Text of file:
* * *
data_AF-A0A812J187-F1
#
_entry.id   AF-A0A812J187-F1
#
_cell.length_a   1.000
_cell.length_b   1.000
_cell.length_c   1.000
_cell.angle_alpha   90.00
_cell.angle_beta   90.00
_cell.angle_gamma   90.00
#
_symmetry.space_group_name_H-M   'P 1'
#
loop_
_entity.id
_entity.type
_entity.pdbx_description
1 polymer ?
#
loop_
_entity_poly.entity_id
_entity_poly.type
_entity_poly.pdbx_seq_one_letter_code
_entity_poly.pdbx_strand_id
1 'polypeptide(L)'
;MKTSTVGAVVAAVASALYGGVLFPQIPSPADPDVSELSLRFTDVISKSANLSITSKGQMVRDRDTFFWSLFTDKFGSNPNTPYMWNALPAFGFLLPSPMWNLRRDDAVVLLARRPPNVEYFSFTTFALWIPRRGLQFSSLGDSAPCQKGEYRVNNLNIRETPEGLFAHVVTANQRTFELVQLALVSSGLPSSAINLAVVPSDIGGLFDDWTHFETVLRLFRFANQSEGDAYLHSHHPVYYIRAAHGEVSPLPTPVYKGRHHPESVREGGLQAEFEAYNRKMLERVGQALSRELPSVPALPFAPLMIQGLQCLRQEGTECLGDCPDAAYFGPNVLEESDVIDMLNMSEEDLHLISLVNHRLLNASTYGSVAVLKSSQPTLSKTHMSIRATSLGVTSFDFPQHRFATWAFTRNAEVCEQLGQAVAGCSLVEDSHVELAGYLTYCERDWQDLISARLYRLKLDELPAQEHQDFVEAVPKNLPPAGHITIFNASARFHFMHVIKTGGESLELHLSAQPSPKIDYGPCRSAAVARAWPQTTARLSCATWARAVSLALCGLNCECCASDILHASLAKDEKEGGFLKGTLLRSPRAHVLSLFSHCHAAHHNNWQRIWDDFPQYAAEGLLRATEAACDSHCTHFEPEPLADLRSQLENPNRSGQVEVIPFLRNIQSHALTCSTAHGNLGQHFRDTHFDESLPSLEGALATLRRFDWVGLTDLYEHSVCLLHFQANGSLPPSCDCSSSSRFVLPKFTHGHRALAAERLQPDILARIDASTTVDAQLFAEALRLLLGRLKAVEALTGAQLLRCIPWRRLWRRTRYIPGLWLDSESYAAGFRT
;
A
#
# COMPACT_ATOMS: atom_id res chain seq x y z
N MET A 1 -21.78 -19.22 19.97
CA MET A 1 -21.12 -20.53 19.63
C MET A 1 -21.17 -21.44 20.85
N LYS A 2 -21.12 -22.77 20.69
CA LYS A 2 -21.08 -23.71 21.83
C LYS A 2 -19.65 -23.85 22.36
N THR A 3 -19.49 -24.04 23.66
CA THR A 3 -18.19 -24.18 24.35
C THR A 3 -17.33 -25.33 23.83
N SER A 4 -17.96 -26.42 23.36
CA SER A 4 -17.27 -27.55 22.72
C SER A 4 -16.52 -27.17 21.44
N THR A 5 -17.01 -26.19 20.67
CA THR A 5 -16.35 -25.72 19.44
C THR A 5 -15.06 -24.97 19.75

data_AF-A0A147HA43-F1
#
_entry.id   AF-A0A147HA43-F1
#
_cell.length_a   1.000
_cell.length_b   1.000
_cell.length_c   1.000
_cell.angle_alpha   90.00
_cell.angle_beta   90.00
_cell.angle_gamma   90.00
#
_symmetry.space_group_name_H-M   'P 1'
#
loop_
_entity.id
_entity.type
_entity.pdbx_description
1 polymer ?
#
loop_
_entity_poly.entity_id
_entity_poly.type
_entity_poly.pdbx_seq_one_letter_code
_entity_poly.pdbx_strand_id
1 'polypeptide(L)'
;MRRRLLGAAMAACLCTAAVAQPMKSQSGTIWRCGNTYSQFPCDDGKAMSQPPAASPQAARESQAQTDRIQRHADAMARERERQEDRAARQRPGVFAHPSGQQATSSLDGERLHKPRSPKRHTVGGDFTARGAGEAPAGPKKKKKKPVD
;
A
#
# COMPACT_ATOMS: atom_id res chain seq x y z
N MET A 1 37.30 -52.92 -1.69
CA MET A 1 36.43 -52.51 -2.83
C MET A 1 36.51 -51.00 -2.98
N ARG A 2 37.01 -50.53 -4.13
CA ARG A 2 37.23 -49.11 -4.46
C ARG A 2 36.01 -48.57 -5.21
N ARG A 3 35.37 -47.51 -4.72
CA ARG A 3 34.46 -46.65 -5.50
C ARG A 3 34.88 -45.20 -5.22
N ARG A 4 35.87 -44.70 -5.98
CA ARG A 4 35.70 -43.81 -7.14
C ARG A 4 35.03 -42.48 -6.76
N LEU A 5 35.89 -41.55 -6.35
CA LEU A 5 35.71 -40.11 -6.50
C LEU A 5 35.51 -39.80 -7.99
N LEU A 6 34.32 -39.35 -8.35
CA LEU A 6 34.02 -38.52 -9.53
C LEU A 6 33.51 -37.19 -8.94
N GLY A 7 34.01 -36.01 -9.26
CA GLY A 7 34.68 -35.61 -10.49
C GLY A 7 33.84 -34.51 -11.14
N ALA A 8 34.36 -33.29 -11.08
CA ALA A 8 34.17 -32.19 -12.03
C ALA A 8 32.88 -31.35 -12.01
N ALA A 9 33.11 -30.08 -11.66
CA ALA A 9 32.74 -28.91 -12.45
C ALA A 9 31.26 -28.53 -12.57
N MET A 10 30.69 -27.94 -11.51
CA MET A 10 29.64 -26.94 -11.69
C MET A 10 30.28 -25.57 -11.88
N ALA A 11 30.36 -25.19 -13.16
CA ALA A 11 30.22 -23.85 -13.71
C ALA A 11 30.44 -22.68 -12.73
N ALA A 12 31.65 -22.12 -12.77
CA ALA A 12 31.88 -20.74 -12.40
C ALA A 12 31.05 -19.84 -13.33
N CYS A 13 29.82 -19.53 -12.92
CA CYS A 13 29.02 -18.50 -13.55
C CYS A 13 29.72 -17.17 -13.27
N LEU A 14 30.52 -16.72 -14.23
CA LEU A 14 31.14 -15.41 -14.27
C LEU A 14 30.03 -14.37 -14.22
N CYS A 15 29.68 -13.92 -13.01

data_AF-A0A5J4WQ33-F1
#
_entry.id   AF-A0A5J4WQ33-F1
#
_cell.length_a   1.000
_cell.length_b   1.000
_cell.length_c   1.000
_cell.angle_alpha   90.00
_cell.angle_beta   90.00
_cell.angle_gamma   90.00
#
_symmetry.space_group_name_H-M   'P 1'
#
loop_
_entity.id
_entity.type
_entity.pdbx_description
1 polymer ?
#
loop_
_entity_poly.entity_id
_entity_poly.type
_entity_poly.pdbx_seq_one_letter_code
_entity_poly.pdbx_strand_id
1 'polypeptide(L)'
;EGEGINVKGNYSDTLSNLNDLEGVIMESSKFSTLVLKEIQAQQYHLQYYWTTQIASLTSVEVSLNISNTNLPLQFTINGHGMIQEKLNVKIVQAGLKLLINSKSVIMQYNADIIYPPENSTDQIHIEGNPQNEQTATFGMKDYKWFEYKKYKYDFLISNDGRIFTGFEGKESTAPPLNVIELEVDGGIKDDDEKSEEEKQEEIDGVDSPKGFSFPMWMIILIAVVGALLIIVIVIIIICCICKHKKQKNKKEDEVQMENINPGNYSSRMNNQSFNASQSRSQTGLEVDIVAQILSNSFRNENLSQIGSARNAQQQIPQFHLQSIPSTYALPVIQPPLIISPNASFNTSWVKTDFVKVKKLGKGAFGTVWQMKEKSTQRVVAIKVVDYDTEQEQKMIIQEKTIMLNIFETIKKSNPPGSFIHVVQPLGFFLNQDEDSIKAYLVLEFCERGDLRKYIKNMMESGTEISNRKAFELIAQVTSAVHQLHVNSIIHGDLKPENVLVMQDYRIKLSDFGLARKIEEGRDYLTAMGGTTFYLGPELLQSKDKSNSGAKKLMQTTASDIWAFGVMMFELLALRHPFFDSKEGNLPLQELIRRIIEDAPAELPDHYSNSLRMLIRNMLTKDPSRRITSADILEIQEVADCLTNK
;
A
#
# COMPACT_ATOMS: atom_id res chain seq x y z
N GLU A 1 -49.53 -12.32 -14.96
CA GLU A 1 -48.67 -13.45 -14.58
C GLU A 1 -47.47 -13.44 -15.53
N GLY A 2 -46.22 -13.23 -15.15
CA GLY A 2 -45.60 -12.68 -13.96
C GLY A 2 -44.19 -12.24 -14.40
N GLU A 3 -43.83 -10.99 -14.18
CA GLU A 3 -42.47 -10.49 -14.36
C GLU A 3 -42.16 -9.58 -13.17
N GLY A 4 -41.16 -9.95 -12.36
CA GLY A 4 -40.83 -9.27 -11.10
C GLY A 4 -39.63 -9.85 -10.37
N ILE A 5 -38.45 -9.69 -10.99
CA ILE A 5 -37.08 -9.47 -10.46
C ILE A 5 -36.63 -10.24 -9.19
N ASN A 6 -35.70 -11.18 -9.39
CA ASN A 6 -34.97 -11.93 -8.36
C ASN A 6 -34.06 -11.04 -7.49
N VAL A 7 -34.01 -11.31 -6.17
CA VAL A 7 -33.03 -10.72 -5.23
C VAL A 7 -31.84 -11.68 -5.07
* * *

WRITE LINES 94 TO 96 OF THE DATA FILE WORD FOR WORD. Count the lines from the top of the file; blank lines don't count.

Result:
N GLY A 7 34.01 -36.01 -9.26
CA GLY A 7 34.68 -35.61 -10.49
C GLY A 7 33.84 -34.51 -11.14